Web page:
Eye and ear hospital gets $165m renewal

Ted Baillieu at the Royal Victorian Eye and Ear Hospital in 2009.A LONG-AWAITED $165 million redevelopment of Victoria’s crumbling Royal Victorian Eye and Ear Hospital will be completed within five years, the state government says.
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Premier Ted Baillieu said the project would go to tender early next year with construction due to be complete by 2017.

Work will be done in stages and patients will continue to be treated at the East Melbourne hospital while the project is under way.

Mr Baillieu said the redevelopment would allow the hospital to treat an additional 7000 patients a year, helping it meet growing demand.

”Obviously the building here has done a lot of work,” he said. ”In many ways it is a just a little bit weary and it needs an upgrade.”

The hospital treats 250,000 patients a year, performing more than half of Victoria’s public general eye surgery and 90 per cent of specialist eye surgery.

Works to modernise the East Melbourne hospital are long overdue, with its two 10-storey, 30-year-old towers having been left in poor condition for many years.

Around 2004, chunks of concrete fell off the facade, costing $6 million to repair, and occasional internal flooding has been a long-standing problem.

Hospital chief executive Ann Clark said: ”We’ve patched and patched and held it together as long as we can, but it’s really timely now to get on with this.”

Mr Baillieu did not put a final figure on the project, but he said the state government was still committed to spending $165 million on the redevelopment, which it promised while in opposition.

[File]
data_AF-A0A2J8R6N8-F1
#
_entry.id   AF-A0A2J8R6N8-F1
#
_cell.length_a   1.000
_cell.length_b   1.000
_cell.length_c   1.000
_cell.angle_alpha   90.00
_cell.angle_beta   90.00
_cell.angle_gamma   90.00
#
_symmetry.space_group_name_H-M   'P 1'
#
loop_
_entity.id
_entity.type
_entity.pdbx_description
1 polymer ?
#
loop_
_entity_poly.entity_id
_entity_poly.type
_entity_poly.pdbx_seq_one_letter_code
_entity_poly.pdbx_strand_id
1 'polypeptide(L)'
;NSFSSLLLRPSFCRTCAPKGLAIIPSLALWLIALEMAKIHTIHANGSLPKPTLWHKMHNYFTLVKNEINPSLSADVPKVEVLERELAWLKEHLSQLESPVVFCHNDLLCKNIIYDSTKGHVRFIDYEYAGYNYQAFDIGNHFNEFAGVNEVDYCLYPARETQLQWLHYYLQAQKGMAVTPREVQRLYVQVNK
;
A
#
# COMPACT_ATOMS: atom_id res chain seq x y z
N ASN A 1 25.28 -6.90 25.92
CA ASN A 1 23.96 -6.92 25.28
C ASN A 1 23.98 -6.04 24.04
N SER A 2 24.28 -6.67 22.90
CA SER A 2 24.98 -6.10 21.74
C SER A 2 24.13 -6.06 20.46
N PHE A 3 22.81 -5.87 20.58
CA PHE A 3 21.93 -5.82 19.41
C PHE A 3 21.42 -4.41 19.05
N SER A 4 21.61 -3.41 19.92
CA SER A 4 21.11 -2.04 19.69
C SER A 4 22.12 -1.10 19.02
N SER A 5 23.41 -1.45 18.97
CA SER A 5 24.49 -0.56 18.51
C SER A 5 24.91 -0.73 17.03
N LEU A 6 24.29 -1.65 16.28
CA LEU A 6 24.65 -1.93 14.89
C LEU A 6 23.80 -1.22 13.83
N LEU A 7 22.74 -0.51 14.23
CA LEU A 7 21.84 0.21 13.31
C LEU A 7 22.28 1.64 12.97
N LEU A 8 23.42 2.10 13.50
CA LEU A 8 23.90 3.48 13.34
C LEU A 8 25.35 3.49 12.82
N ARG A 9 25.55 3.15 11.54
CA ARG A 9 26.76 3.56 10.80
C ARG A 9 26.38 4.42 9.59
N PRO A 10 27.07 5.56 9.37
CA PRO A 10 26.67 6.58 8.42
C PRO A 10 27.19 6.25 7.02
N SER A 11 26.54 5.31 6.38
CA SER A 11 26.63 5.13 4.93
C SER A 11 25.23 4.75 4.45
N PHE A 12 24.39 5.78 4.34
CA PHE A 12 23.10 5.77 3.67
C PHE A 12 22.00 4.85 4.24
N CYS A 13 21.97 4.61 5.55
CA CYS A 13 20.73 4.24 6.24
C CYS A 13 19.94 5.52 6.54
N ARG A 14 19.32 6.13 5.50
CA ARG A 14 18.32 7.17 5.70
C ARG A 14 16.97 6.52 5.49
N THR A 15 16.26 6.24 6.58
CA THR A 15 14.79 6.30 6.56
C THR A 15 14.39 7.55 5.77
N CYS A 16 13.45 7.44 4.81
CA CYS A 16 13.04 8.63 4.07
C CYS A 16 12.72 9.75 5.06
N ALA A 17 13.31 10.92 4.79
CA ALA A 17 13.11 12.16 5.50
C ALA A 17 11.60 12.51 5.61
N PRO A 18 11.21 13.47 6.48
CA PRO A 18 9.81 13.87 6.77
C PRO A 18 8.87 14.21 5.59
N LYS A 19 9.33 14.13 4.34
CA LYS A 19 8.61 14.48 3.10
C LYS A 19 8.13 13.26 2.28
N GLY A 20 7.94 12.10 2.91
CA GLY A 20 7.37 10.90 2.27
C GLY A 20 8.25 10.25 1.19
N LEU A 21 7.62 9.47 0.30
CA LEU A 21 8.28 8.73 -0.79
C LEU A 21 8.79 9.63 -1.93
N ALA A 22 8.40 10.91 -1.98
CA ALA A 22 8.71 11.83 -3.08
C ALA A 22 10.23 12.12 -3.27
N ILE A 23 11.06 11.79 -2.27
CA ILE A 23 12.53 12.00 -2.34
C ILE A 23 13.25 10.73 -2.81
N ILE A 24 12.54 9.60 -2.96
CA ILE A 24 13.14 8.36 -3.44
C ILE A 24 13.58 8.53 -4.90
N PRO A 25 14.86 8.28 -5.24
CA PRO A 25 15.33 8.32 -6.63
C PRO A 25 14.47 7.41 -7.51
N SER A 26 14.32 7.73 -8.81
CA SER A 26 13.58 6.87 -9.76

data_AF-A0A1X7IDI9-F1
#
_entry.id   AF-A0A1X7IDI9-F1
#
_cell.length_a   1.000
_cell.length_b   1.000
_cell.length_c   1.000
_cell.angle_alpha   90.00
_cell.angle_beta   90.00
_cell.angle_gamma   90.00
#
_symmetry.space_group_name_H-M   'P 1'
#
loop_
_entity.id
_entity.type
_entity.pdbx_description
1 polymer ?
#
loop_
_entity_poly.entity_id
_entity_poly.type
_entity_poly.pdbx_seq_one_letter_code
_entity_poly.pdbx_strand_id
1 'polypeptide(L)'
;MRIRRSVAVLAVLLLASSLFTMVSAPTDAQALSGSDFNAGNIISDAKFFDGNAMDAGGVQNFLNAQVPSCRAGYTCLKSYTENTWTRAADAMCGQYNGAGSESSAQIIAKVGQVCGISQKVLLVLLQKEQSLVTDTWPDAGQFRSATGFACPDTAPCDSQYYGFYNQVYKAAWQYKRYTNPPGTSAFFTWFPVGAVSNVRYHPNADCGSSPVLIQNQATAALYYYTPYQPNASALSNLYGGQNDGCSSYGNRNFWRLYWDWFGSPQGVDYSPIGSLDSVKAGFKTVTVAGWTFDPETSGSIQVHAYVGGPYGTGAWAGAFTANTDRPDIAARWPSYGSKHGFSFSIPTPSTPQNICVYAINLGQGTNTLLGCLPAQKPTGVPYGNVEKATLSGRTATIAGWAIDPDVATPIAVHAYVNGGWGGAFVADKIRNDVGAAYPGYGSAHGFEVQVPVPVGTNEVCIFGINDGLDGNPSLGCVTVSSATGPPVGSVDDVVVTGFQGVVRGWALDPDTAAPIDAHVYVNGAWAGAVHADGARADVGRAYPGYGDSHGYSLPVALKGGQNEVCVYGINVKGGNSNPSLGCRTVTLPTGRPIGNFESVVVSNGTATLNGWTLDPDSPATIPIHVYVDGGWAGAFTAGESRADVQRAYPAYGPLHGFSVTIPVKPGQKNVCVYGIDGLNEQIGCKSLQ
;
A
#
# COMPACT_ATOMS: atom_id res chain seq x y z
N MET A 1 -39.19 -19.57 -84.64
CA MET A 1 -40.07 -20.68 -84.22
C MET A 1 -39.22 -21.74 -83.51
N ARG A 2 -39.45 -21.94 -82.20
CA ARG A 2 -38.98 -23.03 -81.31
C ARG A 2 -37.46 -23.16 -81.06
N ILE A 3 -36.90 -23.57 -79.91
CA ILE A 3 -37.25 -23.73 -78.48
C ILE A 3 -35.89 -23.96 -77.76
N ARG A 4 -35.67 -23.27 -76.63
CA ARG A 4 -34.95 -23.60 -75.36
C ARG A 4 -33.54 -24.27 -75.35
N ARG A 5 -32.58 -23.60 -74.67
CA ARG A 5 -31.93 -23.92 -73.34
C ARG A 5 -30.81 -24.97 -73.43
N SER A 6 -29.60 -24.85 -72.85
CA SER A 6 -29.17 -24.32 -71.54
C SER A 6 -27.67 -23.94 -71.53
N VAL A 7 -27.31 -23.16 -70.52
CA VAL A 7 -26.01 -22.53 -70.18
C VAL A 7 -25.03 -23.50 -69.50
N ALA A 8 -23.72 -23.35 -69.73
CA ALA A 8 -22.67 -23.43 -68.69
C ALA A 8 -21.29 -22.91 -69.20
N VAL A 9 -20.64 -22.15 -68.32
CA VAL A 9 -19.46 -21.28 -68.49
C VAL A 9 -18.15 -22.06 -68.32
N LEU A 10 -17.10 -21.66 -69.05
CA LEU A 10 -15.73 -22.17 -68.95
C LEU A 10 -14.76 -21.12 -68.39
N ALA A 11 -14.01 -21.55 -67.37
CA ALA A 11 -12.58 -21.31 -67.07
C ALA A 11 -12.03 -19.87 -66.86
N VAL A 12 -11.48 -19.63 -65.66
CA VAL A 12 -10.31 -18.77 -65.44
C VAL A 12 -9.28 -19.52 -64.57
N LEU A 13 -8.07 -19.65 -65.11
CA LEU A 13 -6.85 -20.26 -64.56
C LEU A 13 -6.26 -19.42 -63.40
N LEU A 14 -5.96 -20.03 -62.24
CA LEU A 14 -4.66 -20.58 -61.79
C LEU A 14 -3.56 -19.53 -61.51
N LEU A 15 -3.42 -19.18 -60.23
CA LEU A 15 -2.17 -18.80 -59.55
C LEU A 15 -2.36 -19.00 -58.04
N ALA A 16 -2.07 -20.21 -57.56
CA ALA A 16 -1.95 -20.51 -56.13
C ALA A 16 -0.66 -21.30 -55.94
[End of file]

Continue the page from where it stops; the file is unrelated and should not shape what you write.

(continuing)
”We will go to market with the plans and the final costs will be not only fully funded but will be revealed at that time,” he said.

Ms Clark said staff and patients were ”thrilled” that the long-planned redevelopment, promised by both Labor and the Coalition in the lead-up to the 2010 election, would now proceed.

The hospital’s towers are poorly linked and only on lower levels, but the redevelopment will provide a connecting building with five fully integrated floors for patients.

Improvements will be made to the emergency department, operating theatres and medical imaging clinics, and glass walkways will join five upper levels to be used for research and teaching.

Ms Clark said the redevelopment would allow the hospital to better meet growing demand for its services from an ageing population.

The hospital treats a large number of people from interstate, including Tasmanian Dean Bucknell, 44, who was born blind and has been travelling to the hospital since he was eight weeks old.

He has congenital glaucoma and has had more than 50 surgical procedures at the hospital.

”The building does need some repair. It’s inefficient. There’s too much travelling, walking about. It’s like a rabbit warren,” he said.

The Monash Children’s Hospital is still waiting for substantial funds towards a promised $250 million redevelopment, which experts say is urgently needed to meet growing demand in Melbourne’s south-east.

The Coalition promised $60 million in its first term for the hospital, with the remaining $190 million to be delivered in a second term. To date it has allocated only about $15 million for planning and land acquisition.

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